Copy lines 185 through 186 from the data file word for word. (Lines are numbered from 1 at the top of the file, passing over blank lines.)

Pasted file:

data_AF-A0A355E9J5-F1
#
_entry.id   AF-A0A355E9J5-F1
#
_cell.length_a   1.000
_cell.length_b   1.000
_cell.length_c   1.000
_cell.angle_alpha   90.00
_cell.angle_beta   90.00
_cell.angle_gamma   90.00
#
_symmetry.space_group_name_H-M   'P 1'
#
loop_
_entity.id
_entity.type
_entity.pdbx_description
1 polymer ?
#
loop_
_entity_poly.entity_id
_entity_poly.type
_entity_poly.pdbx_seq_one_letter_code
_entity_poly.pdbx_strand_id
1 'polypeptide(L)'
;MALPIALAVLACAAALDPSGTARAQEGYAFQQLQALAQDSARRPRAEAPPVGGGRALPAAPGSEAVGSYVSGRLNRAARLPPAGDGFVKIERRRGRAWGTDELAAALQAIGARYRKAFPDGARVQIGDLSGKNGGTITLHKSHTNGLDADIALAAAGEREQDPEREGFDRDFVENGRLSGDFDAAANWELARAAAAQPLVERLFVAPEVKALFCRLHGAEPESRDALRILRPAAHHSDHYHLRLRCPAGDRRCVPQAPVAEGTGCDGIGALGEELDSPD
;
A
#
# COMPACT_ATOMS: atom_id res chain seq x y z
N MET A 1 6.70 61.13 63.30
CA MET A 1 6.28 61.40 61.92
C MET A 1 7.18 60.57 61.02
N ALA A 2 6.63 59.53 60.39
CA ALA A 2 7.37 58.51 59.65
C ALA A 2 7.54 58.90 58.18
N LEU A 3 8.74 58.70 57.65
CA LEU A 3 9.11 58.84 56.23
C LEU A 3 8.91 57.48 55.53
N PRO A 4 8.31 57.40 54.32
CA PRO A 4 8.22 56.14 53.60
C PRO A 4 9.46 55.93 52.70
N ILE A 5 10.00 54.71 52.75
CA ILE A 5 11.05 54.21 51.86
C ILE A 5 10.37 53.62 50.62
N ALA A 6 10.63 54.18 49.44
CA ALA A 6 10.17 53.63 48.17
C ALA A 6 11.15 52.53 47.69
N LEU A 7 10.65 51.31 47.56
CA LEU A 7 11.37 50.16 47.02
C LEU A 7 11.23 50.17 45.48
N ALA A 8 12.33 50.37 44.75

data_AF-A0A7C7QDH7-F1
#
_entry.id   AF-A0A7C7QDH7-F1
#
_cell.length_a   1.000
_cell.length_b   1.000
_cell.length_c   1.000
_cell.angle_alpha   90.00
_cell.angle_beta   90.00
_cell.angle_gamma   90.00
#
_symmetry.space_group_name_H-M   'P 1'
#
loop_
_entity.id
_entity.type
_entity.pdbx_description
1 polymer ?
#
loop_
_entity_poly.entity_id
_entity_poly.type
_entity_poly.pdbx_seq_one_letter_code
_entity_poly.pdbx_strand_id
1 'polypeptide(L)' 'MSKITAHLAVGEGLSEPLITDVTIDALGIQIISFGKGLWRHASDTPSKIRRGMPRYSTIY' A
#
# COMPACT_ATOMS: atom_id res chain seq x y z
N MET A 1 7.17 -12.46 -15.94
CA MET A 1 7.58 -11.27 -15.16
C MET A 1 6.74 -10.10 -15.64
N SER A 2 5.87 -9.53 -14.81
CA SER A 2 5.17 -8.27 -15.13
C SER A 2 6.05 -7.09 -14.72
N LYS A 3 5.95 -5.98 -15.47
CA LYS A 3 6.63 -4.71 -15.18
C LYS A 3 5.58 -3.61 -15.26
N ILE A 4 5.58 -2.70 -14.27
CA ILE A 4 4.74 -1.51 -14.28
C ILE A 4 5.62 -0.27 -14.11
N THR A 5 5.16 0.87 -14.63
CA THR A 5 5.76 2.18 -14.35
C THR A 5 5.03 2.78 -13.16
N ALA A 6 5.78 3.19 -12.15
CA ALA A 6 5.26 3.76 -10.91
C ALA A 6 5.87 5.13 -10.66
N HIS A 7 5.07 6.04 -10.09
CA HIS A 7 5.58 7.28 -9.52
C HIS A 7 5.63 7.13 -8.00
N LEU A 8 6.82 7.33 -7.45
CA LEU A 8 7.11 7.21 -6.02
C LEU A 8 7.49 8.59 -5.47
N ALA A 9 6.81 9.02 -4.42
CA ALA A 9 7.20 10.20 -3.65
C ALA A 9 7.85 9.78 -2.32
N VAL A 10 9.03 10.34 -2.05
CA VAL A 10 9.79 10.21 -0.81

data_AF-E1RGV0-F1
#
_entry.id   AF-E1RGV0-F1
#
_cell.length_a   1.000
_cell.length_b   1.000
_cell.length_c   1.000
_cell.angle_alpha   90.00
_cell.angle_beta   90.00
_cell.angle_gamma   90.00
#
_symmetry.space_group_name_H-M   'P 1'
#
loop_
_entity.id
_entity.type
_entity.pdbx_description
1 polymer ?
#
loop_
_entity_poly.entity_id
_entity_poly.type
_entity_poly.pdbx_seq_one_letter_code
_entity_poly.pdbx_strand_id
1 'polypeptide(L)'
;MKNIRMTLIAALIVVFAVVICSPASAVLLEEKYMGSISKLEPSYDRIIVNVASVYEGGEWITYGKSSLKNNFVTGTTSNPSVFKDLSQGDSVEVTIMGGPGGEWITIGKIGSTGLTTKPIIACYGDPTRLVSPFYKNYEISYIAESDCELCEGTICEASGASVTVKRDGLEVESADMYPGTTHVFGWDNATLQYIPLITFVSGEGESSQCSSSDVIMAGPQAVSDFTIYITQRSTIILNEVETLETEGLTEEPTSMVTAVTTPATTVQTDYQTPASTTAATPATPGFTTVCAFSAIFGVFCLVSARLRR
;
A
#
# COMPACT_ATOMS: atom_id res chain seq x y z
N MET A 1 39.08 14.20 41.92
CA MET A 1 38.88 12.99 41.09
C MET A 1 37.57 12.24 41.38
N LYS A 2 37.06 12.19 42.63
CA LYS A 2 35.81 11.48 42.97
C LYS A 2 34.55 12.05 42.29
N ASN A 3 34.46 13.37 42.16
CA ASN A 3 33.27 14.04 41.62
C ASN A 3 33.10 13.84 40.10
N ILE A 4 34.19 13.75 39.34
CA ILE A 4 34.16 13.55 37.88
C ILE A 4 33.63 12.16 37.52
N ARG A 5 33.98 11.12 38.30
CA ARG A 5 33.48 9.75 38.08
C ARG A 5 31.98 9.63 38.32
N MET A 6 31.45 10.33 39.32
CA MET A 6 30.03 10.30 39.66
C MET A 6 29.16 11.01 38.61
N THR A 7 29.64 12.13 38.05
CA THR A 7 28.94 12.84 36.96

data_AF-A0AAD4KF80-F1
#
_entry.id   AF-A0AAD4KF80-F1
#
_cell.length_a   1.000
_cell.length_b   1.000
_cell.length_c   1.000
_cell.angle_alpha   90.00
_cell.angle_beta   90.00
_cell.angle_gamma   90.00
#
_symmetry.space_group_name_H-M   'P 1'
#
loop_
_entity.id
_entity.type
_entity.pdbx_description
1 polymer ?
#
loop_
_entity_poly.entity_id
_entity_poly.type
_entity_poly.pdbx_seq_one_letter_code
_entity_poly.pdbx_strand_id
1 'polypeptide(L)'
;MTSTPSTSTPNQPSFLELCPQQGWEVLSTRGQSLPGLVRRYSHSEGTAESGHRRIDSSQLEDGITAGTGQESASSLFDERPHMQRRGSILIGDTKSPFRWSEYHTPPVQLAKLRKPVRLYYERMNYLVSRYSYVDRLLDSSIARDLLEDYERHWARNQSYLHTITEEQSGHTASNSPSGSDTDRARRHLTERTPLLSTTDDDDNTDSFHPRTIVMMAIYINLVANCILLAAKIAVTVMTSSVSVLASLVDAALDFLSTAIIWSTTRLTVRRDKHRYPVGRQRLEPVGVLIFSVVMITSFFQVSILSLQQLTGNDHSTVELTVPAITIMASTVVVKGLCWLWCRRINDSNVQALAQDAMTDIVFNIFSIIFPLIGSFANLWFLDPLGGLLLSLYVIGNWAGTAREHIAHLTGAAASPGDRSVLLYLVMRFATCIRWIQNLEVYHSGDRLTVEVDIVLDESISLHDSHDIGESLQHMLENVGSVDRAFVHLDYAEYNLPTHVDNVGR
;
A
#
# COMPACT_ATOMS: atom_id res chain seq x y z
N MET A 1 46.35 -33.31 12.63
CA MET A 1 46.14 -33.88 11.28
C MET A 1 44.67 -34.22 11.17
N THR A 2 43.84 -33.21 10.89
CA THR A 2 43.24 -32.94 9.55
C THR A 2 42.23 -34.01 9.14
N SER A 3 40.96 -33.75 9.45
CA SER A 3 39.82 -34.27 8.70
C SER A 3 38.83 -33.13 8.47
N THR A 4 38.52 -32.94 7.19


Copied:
;
A